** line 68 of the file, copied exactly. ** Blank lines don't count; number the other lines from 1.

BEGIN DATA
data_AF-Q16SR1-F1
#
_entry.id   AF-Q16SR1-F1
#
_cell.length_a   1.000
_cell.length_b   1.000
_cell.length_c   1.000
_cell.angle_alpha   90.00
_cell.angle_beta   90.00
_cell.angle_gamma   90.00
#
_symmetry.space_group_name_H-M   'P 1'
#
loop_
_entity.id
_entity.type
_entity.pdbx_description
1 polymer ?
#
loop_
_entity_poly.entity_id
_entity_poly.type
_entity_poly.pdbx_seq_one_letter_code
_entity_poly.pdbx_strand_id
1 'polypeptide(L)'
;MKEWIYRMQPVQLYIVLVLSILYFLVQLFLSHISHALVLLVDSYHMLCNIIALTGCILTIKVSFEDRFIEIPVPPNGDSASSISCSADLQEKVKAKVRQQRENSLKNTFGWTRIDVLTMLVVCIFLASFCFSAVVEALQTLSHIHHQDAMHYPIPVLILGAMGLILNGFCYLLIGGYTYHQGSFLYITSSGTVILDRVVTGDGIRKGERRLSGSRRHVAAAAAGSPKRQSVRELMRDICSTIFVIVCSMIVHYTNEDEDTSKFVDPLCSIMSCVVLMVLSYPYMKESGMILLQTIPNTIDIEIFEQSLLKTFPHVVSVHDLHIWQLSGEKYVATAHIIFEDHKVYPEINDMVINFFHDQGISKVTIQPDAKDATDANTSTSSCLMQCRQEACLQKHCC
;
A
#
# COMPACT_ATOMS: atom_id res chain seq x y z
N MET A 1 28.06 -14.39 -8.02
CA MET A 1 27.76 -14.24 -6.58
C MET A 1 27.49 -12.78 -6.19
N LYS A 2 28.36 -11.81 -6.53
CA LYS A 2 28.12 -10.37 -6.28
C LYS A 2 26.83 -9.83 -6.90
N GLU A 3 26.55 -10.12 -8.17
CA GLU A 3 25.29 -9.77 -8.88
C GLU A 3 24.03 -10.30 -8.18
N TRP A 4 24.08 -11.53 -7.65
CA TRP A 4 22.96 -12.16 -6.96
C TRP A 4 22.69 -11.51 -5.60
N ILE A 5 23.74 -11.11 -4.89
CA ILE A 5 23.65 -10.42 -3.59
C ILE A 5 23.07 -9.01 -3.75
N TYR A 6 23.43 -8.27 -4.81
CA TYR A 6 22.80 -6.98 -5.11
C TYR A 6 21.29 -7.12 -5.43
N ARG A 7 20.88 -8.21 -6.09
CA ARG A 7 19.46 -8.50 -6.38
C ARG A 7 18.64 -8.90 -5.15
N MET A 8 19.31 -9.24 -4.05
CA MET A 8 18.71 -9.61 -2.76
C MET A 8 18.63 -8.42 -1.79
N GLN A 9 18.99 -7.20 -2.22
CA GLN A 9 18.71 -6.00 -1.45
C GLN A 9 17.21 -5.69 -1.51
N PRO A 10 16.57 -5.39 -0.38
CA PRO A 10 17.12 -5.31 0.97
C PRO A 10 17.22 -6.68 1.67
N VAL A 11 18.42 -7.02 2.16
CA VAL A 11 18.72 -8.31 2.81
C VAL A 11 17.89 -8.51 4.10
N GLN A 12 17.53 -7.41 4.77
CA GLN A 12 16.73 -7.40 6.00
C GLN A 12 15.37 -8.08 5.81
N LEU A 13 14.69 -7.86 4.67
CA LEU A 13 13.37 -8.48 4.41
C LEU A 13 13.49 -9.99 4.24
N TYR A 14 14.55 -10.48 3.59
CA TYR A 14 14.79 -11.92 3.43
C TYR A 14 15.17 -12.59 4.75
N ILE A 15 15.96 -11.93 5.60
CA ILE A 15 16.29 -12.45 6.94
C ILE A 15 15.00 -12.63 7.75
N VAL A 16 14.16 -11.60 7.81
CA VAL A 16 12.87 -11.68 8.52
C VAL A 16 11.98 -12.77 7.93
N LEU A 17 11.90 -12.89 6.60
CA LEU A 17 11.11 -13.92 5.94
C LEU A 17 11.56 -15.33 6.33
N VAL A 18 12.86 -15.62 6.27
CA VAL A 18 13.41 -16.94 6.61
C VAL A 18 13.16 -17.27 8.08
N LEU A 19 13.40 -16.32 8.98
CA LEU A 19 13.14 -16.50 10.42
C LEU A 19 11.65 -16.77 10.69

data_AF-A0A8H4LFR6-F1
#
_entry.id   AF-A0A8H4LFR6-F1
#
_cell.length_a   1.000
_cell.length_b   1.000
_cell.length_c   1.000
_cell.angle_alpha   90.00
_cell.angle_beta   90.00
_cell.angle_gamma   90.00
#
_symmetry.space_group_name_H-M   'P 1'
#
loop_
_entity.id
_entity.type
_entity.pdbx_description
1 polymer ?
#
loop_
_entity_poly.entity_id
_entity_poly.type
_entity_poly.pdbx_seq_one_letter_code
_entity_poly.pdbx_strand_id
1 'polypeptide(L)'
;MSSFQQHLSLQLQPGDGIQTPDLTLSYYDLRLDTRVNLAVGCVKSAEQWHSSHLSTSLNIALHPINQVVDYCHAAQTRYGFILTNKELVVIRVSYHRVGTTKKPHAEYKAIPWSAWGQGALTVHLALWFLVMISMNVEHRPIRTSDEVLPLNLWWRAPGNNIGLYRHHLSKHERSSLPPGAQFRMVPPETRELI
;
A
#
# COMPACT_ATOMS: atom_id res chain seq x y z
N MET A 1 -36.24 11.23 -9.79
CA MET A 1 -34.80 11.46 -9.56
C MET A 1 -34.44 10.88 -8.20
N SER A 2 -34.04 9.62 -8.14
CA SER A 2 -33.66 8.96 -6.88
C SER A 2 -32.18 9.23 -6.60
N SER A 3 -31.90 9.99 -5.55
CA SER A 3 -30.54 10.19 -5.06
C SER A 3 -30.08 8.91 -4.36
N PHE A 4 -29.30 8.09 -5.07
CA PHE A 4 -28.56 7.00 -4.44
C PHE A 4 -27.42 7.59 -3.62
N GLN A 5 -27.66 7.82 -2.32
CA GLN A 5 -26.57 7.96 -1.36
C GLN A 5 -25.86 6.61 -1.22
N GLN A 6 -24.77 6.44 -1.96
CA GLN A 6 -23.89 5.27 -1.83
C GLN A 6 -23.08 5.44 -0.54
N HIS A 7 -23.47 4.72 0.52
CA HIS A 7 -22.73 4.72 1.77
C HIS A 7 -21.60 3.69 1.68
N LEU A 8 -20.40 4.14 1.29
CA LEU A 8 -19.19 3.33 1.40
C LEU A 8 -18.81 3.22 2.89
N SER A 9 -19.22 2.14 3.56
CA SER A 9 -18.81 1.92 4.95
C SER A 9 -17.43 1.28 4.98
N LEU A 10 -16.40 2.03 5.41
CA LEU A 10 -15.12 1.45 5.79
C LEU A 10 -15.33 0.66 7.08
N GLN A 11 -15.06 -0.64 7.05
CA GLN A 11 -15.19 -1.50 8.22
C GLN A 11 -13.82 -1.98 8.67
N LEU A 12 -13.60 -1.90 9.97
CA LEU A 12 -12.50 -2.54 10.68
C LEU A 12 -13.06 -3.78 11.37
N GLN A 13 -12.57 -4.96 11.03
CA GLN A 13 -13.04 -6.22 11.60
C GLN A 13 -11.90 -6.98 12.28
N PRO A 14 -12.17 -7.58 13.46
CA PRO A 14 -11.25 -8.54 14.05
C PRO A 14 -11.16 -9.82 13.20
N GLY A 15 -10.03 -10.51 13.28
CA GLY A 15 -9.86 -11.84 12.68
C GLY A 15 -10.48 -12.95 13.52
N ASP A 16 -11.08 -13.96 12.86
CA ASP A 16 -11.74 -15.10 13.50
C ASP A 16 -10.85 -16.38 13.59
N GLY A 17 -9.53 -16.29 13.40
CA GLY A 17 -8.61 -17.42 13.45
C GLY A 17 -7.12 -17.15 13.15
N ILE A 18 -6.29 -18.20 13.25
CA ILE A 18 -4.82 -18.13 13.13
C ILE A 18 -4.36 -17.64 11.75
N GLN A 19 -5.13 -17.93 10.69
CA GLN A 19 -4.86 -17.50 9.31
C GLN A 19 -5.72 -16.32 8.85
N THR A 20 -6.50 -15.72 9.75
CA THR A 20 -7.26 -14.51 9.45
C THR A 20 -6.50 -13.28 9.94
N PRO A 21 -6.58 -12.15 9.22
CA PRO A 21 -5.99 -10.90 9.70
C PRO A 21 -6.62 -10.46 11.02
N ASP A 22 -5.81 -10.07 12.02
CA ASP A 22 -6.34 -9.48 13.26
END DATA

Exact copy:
CA LEU A 13 13.37 -8.48 4.41